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Rig Count Continues to Plummet in North Dakota; Headed Below 30

The rig count keeps going down in North Dakota, and it is going to get lower and stay down longer than previously thought, according to comments Friday by the state's oil/gas regulator.

North Dakota's rig count is now 32, the lowest it has been since early 2007, falling from 40 in February and 52 in January.

"It's headed below 30, based on the estimates from oil/gas operators and what they're planning to do with drilling rigs the rest of the year," said Lynn Helms, director of the state Department of Mineral Resources, which includes oil/gas oversight.

Helms said companies are talking about dropping their average rig counts further this year. "It is almost certain that we are going to drop two more rigs," he said. In response to questions during a webinar, he said oil prices would need to get above $60/bbl to reverse the decline, and even then it would take 12 to 15 months for the numbers to start upward again.

Friday's report showed oil prices moved up from a low of $18.07/bbl in February to $26.25/bbl for Bakken sweet crude, but Helms said for inactive wells to be brought back, WTI prices need to be $40-45/bbl, and for uncompleted wells to be finished would required $50-55/bbl prices. "We're a long way to working our way into that uncompleted well inventory," he said.

"Drilling rigs won't move until we get above $60/bbl WTI, and even at that companies are saying they will need a full quarter at those prices or above that level, and then once they are confident prices are going to hold, they need 12 months to raise the capital for new drilling," Helms said. "In essence, it is a year-and-a-half to two-year cycle to get more rigs back."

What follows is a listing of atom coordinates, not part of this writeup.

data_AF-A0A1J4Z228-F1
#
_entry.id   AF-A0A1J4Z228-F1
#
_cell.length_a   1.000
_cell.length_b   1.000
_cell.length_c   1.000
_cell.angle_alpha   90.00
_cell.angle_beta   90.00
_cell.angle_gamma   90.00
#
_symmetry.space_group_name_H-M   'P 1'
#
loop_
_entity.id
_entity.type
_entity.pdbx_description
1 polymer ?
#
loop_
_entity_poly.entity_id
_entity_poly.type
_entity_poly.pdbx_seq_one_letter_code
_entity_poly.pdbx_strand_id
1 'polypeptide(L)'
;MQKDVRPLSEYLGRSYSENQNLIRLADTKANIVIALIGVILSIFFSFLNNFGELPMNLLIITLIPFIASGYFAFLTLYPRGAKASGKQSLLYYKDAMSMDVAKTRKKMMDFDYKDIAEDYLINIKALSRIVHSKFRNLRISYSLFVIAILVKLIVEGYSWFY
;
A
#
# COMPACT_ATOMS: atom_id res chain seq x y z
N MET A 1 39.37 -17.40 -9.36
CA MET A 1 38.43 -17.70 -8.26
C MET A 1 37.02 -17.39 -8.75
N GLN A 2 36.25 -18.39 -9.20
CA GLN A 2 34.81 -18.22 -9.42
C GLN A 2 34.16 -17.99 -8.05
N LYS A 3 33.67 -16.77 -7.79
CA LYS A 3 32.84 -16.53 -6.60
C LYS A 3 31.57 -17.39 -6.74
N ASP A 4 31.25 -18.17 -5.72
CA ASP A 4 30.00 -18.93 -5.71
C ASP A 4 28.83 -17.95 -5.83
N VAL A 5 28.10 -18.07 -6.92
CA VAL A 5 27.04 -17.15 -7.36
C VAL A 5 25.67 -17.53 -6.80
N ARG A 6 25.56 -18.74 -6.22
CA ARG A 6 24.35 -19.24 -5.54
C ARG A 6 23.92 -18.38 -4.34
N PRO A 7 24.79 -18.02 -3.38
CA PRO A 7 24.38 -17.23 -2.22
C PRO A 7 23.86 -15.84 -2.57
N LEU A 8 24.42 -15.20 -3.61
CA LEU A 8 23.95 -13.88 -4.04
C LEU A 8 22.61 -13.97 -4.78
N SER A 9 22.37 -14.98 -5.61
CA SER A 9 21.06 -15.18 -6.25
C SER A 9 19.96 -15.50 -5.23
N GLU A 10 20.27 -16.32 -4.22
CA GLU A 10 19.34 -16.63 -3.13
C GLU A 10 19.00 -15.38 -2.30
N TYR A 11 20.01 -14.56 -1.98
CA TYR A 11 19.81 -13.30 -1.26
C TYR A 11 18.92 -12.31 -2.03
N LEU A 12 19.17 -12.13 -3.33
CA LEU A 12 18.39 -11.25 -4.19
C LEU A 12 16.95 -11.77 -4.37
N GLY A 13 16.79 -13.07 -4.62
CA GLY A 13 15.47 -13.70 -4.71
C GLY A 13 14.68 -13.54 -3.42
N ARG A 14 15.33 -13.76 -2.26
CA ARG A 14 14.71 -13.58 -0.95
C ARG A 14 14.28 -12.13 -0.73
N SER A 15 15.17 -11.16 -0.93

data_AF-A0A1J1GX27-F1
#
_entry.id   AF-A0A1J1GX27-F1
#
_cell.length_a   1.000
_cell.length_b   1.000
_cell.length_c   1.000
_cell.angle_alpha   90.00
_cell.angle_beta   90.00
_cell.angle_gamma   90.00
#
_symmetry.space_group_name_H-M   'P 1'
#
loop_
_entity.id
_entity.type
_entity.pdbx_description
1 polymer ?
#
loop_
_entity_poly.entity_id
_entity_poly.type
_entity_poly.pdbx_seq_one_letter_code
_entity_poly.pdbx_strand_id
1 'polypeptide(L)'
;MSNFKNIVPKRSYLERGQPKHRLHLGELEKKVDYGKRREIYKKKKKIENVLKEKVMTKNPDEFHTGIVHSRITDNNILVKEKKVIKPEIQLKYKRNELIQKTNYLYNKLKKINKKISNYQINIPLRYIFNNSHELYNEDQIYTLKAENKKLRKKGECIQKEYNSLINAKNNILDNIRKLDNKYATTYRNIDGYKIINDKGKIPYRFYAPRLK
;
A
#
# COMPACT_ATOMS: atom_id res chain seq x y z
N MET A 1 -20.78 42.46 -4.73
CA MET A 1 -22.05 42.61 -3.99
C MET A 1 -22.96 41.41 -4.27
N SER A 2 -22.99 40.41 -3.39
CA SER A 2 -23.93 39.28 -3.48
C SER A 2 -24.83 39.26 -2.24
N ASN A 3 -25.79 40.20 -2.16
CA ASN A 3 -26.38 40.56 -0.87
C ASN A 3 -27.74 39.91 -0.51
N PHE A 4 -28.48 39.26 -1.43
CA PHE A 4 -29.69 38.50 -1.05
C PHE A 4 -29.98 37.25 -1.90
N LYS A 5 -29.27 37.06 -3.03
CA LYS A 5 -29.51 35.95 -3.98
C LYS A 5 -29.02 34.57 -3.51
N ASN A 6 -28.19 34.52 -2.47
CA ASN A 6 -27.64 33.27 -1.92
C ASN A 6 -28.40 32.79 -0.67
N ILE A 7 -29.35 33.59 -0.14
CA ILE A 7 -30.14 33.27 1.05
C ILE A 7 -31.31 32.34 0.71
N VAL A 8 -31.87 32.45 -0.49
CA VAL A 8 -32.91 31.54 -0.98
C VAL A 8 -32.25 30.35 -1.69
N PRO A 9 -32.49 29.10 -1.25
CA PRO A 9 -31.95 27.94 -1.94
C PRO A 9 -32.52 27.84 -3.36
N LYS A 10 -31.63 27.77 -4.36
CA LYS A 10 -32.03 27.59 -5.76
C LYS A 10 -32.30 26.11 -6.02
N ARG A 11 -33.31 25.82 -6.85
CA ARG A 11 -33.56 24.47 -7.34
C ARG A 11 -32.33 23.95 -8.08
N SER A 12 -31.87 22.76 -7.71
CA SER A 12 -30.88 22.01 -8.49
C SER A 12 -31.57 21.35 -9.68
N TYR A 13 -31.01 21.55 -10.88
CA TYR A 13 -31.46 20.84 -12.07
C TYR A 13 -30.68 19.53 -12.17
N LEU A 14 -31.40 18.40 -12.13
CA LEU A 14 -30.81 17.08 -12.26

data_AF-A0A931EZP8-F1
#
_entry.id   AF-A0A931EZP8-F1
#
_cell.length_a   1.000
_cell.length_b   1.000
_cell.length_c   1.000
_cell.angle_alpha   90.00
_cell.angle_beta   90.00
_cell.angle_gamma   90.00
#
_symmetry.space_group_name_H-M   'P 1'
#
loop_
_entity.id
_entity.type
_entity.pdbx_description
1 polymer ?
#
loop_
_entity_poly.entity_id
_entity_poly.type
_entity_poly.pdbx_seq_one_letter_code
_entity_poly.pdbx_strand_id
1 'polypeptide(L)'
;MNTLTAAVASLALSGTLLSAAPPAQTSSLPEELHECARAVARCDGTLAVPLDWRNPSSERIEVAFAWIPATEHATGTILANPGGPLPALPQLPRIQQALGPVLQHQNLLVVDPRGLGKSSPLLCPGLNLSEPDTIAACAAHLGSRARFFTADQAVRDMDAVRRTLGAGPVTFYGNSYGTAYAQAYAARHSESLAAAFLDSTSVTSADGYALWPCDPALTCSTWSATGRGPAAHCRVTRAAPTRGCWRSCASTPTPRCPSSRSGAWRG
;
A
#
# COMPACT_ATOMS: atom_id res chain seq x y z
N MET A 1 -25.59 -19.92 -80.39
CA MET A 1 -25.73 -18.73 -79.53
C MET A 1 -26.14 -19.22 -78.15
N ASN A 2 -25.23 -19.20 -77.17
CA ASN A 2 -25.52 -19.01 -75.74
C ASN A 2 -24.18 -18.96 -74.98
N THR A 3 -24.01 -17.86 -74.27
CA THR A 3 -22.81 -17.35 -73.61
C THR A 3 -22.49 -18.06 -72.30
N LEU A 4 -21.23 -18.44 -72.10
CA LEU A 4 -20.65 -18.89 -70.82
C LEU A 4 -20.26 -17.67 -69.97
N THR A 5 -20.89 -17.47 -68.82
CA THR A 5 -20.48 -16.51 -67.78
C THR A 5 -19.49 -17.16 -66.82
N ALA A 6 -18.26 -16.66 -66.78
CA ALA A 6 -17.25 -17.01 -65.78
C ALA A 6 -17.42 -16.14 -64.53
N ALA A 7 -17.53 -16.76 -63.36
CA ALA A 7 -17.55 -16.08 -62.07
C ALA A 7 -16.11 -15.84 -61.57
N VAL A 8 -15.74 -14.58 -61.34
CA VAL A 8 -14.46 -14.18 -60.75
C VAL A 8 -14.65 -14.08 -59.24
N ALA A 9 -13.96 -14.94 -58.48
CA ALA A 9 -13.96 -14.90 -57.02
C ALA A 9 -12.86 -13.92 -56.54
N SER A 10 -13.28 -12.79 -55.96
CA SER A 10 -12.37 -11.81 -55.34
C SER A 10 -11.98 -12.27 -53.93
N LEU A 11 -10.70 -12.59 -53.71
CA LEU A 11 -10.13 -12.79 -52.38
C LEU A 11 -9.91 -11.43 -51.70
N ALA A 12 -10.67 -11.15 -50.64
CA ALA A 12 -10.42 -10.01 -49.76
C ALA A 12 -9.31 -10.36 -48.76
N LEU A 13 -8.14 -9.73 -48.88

North Dakota's peak rig count was 218 in May 2012; there were still 180 rigs operating 18 months ago when the oil price free-fall began, Helms said.

For January, oil production dropped to 34.7 million bbls (1.12 million b/d), compared to 35.7 million bbls (1.15 million b/d) in December last year, while natural gas dropped to 50.7 Bcf (1.63 Bcf/d) in January, compared to 51.8 Bcf (1.67 Bcf/d) the previous month.

Helms said natural gas storage is the highest he has ever seen at 41.5% above the five-year average, and prices are some of the lowest, going down 67 cents/Mcf at Northern Border Pipeline in Watford City to $1.12/Mcf in January. Meanwhile flared gas in the state is down to 13% with an 87% gas capture percentage.

The start of the Oneok 200 MMcf/d Lonesome Creek gas processing plant is the single-biggest reason why the flaring volumes are continuing to come down, Helms said.

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